Congressman Lou Barletta
“I firmly believe that Iran would never agree to any deal it felt would impede its progress toward a nuclear weapon, so the fact that the mullahs are pleased with the agreement gives me great concern. The agreement allows Iran to ‘manage’ inspections of their facilities, rather than submitting to unannounced visits. Giving the Iranians up to 24 days to prepare for inspections sounds like a recipe for cheating to me, especially since we are dealing with a belligerent nation, and state sponsor of terrorism, whose leaders I do not trust.
“We are told that the deal is better than nothing at all, since it will essentially freeze Iran’s nuclear program for ten to fifteen years. However, in global historical terms, that is the merest blink of an eye. In a ten year span, Iran’s economy will have continued to grow, free of sanctions, allowing them to carry on funding terrorist groups in the region. At the end of that time frame, they will be free to pursue whatever programs they wish. I’m afraid we will soon have to begin teaching school children to pointlessly hide under their desks again, as we did when faced with the threat of Russian nuclear attack in the 1950s and ‘60s.
“As Congress considers the deal, I believe we should also send to the president a plan to dramatically increase our energy exports, including natural gas. By doing that, we would reduce the reliance of our allies on Iranian energy, and thereby diminish their reluctance to re-impose economic sanctions in the future.
“With an issue as monumental as national security at stake, this is not the time to be burnishing legacies or campaigning for the next Nobel Peace Prize. Congress must carefully examine the agreement and its impact on this country and our allies, particularly Israel. I am mindful of Prime Minister Netanyahu’s declaration that if Iran wants to be treated as a normal nation, it should act like one. As a consistent and belligerent state sponsor of terrorism, Iran has certainly not kept its part of the bargain.
“I am eager to scrutinize the details of the agreement over the sixty day period, and will make my final determination on how I will vote after a full consideration of all the facts.”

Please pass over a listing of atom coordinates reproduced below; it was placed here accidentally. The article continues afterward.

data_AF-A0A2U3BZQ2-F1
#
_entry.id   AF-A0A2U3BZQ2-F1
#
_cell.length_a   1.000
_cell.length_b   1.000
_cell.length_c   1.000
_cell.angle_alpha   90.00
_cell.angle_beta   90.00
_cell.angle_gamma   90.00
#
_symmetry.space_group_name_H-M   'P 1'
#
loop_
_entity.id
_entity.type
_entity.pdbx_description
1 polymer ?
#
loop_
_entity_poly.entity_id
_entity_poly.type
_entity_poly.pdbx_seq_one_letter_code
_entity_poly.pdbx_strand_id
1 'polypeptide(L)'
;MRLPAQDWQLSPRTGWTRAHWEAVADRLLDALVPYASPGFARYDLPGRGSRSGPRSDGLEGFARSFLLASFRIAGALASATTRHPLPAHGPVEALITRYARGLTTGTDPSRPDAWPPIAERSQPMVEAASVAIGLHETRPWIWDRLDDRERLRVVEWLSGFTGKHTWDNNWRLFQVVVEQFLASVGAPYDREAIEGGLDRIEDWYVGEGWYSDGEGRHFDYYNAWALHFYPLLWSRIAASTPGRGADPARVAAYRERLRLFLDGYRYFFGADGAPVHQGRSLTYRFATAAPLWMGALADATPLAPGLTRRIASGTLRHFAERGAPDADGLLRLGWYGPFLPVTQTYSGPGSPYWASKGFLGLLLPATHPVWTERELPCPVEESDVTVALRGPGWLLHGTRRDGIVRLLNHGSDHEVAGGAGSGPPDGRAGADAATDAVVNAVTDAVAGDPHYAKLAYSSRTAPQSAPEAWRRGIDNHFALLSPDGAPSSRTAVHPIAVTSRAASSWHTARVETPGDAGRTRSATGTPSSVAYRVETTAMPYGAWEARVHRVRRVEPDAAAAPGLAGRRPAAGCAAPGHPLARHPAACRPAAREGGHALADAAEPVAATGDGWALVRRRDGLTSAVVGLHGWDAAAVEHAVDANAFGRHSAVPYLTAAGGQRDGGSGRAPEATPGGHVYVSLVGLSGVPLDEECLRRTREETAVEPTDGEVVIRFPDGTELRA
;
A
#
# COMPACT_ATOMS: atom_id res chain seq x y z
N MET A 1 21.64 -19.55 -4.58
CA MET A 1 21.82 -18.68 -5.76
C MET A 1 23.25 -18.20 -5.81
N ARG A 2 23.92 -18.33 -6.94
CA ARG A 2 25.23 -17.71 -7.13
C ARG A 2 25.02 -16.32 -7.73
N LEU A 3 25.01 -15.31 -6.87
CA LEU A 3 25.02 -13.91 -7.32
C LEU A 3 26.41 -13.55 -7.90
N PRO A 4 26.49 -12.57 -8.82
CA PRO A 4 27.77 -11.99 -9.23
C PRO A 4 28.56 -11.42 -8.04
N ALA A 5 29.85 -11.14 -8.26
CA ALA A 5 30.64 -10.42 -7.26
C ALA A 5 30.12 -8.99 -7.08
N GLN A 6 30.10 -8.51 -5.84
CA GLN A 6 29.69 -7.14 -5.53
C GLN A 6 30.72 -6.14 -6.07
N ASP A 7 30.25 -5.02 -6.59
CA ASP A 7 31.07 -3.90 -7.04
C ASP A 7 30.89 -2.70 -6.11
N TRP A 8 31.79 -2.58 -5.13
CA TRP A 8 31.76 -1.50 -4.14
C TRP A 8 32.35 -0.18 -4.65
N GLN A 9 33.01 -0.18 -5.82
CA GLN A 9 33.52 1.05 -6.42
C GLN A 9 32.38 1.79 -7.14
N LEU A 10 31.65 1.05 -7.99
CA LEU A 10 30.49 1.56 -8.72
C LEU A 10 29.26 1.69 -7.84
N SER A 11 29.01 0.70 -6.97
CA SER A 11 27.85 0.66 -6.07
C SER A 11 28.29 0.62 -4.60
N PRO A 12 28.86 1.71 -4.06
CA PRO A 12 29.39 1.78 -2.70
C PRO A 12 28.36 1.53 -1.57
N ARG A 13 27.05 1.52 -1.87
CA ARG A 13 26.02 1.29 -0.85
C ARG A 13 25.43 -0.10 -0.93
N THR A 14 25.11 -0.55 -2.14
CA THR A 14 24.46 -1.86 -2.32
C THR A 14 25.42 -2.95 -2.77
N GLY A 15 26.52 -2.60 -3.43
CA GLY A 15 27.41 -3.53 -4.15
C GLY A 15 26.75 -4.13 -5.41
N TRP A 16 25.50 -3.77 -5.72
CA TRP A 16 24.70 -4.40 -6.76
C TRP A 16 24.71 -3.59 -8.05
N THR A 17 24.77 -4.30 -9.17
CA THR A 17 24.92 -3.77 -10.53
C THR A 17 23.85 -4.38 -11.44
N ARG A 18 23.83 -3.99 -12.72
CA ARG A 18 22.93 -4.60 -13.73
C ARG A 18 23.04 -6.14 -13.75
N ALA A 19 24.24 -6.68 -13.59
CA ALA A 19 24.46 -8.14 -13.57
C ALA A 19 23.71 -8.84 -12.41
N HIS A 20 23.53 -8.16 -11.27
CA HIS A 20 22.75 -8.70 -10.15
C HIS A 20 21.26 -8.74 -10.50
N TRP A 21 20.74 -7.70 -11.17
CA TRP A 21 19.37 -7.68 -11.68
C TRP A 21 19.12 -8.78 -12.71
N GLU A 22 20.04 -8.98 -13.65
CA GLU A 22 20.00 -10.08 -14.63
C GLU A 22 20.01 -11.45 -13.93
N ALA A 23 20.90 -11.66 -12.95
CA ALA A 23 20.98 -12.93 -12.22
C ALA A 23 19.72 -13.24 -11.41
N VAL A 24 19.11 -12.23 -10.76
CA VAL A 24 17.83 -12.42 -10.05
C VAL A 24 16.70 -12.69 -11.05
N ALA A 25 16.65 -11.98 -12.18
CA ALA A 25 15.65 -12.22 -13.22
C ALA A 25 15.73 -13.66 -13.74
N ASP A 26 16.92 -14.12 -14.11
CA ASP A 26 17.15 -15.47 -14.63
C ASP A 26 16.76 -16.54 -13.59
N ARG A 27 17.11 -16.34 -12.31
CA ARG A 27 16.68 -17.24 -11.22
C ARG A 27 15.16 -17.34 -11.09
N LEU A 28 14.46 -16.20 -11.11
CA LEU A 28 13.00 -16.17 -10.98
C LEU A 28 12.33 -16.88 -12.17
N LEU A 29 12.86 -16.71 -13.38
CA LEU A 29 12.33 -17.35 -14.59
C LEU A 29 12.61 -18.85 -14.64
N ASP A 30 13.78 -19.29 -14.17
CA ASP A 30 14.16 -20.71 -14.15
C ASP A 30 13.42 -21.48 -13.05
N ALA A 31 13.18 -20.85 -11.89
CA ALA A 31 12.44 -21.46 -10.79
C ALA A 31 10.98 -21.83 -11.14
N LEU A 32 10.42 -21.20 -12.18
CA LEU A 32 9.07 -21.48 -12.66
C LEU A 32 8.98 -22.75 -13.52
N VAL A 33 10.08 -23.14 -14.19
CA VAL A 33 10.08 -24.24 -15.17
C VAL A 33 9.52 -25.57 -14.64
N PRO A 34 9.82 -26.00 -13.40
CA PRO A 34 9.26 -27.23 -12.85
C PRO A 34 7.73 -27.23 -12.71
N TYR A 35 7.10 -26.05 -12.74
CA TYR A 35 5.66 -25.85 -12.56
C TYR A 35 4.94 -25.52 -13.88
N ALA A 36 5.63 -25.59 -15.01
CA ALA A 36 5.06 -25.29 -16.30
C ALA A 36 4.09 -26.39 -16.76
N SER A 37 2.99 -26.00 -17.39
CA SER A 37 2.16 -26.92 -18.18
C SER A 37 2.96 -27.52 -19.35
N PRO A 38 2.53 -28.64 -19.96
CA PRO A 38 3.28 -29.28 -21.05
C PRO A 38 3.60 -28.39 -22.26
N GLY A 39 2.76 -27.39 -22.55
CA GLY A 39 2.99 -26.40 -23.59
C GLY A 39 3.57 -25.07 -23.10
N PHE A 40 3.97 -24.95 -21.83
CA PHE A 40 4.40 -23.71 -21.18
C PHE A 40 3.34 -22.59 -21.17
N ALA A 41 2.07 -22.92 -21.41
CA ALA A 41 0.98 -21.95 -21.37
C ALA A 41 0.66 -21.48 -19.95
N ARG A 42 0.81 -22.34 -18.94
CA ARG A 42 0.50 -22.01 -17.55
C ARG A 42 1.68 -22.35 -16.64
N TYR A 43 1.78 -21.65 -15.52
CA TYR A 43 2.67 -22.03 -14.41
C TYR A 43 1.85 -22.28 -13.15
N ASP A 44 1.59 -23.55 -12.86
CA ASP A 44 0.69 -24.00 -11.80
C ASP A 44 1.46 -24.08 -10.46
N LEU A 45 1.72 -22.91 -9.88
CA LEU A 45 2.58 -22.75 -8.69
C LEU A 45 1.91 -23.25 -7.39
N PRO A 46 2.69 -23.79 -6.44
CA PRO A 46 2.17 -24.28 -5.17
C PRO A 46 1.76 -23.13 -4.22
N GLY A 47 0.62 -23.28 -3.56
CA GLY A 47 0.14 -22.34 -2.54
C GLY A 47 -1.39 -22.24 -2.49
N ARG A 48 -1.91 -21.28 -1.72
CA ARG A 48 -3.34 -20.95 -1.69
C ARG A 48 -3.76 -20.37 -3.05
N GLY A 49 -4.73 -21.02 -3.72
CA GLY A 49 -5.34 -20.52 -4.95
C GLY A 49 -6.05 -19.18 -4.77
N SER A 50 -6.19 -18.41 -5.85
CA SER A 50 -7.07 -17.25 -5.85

Congressman Tom Marino
“It is a complete fallacy to say the negotiations with Iran were complicated or even necessary. In fact, it is quite simple; we should have never begun negotiations in the first place. Once we began, Iran was legitimized. Our time and effort would have been better spent squeezing them further with more severe sanctions.
Instead, President Obama embarked on this needless effort to broker a deal which is nothing more than an attempt to mark history with an otherwise empty presidential legacy. Now Iran will receive billions in economic sanctions relief and will be allowed to further enrich materials for its centrifuges – many of which are already identified as weapons grade and unnecessary for their so-called ‘peaceful energy use.’ To suggest otherwise is reckless, ignorant and dangerous.
Iran is encouraged. They will continue to develop Intercontinental Ballistic Missile (ICBM) capabilities, sponsor terrorist organizations like Hamas and Hezbollah and further threaten peace and stability throughout our world. Dissolved sanctions surely mean terrorists will receive new supplies and cash injections to carry out terror operations.
You know this is a bad deal when Putin says it brings the world a sigh of relief. You know it is a bad deal when Assad hails it and when foreign business interests are itching to make a quick buck in a frozen market. Neither Russia nor Syria are friends to the United States, nor are they friends to our allies. I find their support a clear indication the United States has failed to secure the toughness and seriousness needed to end Iran’s nuclear weapons programs.
When the world’s most untrustworthy leaders hail a deal like this it makes Neville Chamberlain look like a tough guy.
What I fear most is what America and our allies may be called to do when Iran breaks this agreement, as I suspect it will.”
Congressman Mike Kelly
“Based on everything we currently know, the Obama administration’s deal with Iran represents a dangerous mistake of potentially historic proportions. It fails to achieve the paramount mission of permanently ending Iran’s nuclear ambitions while instead leaving the Islamic Republic newly emboldened, wrongly legitimized, and ominously free to continue its deadly sponsorship of international terrorism.
“Throughout the entire negotiation process, President Obama was openly desperate to achieve a legacy-cementing deal at almost any cost. The Iranians exploited the situation by extracting concession after concession and are now left celebrating a deal that rewards their government with tens of billions of dollars in sanctions relief—much of which is guaranteed to be funneled to terrorist groups and causes throughout the world. At the same time, the agreement excludes any requirements by Iran to allow thorough American inspections, release American hostages, or even curb its well-known human rights abuses against its own people.